5 Tips to Keep Tablets Safe in Your Clinic – Part 1: Preventing Theft

How do you keep tablets safe? How often are they stolen? How do you keep them clean and sanitized?

Tablet-lock2Of all the questions we get asked, the one that comes up again and again is, how can you keep a mobile device protected in a healthcare setting? Concerns about theft and damage to tablets are usually first, followed by worries about keeping tablets sanitized to prevent the spread of germs. Today, we’ll share five quick tips to help secure your mobile devices in the waiting room or the exam room; we’ll get to the issue of sanitizing tablets in a follow up post.

Lets start with the good news. In our experience over the course of tens of thousands of patient encounters (in settings ranging from student health services to paediatric and methadone clinics), theft has quite simply not been an issue. As hard as it may be to believe, we have yet to see a tablet walk away in the hands of a patient.

This continues to surprise the physicians and clinic staff we talk to. Many of them deal with theft of small office items on a regular basis. The idea that a useful, easily portable device like a tablet could remain safe is hard to believe. However, we believe that by taking a few simple steps, your healthcare organizations can effectively deter theft from waiting rooms and exam rooms. Even more importantly, by following the steps here, you can rest assured that your data and your patient data will always remain safe.

Here are the top five tips we provide to our customers to keep their tablets safe and sound in the office.

1. Use inexpensive hardware.

First and foremost, we recommend our clinics use inexpensive Android tablets, and lock down all features other than OceanWave. A $100 Android tablet with no apparent apps or internet access is going to draw a lot less interest than a fully-equipped Samsung or iPad.

2. Have a clear tablet “sign out” process and let your patients know the tablet is secured.

In many cases, a simple notice that the mobile device is equipped with security features is enough to prevent it from “walking away”. In OceanWave, you can customize the welcome notice on the tablet to let patients know that the tablet is temporarily assigned to their patient record and request that they return it to the nurse or receptionist once their forms are completed. We also recommend presenting a demographic reconciliation screen on the tablet before any other forms. By presenting the patient’s contact information on the screen, it’s very clear that the tablet is connected to that patient and staff would know who took it if it disappeared. The demographic reconciliation screen has the added benefit of keeping your patient contact records up to date.

Depending on the patient population, some of our clinics add an additional security measure by asking patients to provide their health card in exchange for the tablet. Their health card is returned when the tablet is handed back to the nurse or receptionist.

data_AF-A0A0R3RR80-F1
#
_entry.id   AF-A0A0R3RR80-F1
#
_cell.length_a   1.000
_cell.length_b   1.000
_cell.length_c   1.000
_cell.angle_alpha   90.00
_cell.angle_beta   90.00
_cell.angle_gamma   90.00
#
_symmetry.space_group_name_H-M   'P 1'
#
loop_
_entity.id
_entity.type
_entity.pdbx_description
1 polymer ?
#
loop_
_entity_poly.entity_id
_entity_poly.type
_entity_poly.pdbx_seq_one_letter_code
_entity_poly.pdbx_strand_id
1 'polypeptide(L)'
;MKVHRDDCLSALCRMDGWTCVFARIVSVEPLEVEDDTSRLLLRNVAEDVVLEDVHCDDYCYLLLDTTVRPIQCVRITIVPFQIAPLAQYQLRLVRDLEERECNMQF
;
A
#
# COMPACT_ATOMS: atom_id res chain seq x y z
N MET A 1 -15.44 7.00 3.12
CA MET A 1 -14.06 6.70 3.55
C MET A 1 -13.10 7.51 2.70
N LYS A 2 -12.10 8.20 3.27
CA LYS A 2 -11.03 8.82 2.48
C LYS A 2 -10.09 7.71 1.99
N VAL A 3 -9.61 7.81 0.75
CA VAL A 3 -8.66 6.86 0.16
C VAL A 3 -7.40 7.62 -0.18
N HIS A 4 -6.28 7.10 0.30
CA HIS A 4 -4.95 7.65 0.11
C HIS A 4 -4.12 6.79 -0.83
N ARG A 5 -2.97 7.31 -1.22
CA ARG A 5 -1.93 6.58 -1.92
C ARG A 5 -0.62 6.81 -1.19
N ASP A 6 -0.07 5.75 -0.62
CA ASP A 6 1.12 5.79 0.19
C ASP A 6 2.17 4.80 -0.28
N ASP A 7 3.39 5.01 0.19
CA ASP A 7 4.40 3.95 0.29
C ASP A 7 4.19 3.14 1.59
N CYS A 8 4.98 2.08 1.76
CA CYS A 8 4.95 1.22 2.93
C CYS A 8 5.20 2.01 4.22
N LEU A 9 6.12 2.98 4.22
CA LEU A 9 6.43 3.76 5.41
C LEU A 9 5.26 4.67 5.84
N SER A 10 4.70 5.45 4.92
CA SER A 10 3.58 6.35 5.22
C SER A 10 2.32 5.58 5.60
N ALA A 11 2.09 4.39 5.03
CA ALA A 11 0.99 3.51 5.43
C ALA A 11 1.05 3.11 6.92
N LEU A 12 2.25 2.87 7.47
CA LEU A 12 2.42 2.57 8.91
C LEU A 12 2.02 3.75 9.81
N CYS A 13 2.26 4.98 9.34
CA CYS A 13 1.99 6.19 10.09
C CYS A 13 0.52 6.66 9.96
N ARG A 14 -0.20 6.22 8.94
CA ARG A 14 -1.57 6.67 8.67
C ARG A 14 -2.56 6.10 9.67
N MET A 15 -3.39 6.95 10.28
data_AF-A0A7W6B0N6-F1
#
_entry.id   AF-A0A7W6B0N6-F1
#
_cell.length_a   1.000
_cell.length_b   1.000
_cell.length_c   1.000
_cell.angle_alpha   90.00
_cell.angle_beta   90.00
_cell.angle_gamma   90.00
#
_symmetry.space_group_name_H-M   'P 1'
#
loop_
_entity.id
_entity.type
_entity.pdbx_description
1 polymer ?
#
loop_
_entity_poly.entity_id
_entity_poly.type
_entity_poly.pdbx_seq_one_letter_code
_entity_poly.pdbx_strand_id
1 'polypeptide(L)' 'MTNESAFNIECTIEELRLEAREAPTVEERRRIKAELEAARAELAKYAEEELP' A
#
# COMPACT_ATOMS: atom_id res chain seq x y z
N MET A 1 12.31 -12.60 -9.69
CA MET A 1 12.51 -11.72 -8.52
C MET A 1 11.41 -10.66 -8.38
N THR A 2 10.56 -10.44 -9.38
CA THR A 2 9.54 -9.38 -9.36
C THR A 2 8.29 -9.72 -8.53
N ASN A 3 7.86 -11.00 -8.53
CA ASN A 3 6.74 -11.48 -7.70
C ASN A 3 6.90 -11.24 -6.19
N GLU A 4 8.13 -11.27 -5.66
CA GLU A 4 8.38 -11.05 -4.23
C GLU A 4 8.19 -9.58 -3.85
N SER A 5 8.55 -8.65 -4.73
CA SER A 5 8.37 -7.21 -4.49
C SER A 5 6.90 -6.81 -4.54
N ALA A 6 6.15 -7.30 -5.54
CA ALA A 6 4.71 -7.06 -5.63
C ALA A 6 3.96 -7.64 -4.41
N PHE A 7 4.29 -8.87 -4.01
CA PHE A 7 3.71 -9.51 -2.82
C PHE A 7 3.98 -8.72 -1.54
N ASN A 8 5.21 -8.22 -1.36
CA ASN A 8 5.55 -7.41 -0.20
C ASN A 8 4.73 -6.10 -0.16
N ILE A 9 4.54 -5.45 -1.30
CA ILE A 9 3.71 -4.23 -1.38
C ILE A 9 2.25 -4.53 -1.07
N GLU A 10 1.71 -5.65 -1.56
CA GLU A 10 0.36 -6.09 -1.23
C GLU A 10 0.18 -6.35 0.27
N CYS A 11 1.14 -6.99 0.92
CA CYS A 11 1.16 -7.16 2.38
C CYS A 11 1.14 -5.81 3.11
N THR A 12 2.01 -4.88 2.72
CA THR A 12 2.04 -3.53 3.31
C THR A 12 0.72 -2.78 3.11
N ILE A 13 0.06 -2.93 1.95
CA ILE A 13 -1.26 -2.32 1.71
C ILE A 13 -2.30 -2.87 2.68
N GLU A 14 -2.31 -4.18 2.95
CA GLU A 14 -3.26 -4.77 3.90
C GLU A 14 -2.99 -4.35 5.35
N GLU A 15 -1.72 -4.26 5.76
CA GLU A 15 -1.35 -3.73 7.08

3. Never store personal information, passwords, or credentials on the tablet.

The reality is that there is no way to guarantee that a tablet won’t go missing. In the event that a tablet were to disappear, you can protect your organization (and limit the loss to the cost of the hardware) by ensuring that absolutely no personal data is stored on the device. This includes email log-ins, passwords, or other credentials. Even associating the tablet to the Google app store can present a risk; as a result, we recommend that the tablet be limited to use for OceanWave only.

4. Never store patient data or access to patient data on the tablet.

The cost of a replacement tablet is trivial compared to the cost of handling a breach of patient privacy and the potential liability of not doing proper diligence should such a breach occur. That’s why you should never store patient data on a tablet — only data associated with the current patient should be on the tablet and there should be no way to go “back” to the previous patient’s responses. That includes the browser cache if you are using a web browser on the tablet.

You also need to be aware of any system/security credentials that might be cached without your knowledge on a mobile device. For example, using a web browser on a tablet to connect to your EMR may allow your patient to search your patient database with something as simple as the browser back button

5. Consider physical locks like kiosks or anti-theft cases.

If you are still concerned about keeping your tablets safe from theft after taking the steps listed above, you can add a physical lock to the device. Both kiosk stands and anti-theft cases can provide an added level of security, and are readily available online. Companies like padholdr.com, maclocks.ca, and tabletenclosure.com provide various stands and lockable kiosk solutions. You can also look for universal tablet lock kits like this one or this one.

That’s it! If you follow the steps above, you can rest assured that your tablets and data will be well protected. If you have other tablet security suggestions, we’d love to hear them!

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